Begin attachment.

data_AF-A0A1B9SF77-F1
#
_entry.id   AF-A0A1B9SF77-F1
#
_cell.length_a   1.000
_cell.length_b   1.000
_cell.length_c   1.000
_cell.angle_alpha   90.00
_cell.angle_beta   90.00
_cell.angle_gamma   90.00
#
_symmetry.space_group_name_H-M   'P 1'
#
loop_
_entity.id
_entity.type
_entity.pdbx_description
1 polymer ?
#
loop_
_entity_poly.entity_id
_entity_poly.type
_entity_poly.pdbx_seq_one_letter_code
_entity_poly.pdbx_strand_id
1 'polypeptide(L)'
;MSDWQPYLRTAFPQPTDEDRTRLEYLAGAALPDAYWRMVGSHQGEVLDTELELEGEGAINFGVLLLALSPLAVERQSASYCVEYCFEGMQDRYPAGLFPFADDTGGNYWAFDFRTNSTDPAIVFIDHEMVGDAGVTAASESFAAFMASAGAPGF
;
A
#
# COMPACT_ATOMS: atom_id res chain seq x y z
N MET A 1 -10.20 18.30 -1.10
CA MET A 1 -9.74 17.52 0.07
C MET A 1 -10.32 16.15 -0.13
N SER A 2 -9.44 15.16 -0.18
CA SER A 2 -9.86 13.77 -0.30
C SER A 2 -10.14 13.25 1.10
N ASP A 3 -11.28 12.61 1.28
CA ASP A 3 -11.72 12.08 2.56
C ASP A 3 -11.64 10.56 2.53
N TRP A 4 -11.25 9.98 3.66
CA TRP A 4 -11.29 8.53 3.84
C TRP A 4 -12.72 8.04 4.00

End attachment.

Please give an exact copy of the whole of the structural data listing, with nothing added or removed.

data_AF-A0A1B9SF77-F1
#
_entry.id   AF-A0A1B9SF77-F1
#
_cell.length_a   1.000
_cell.length_b   1.000
_cell.length_c   1.000
_cell.angle_alpha   90.00
_cell.angle_beta   90.00
_cell.angle_gamma   90.00
#
_symmetry.space_group_name_H-M   'P 1'
#
loop_
_entity.id
_entity.type
_entity.pdbx_description
1 polymer ?
#
loop_
_entity_poly.entity_id
_entity_poly.type
_entity_poly.pdbx_seq_one_letter_code
_entity_poly.pdbx_strand_id
1 'polypeptide(L)'
;MSDWQPYLRTAFPQPTDEDRTRLEYLAGAALPDAYWRMVGSHQGEVLDTELELEGEGAINFGVLLLALSPLAVERQSASYCVEYCFEGMQDRYPAGLFPFADDTGGNYWAFDFRTNSTDPAIVFIDHEMVGDAGVTAASESFAAFMASAGAPGF
;
A
#
# COMPACT_ATOMS: atom_id res chain seq x y z
N MET A 1 -10.20 18.30 -1.10
CA MET A 1 -9.74 17.52 0.07
C MET A 1 -10.32 16.15 -0.13
N SER A 2 -9.44 15.16 -0.18
CA SER A 2 -9.86 13.77 -0.30
C SER A 2 -10.14 13.25 1.10
N ASP A 3 -11.28 12.61 1.28
CA ASP A 3 -11.72 12.08 2.56
C ASP A 3 -11.64 10.56 2.53
N TRP A 4 -11.25 9.98 3.66
CA TRP A 4 -11.29 8.53 3.84
C TRP A 4 -12.72 8.04 4.00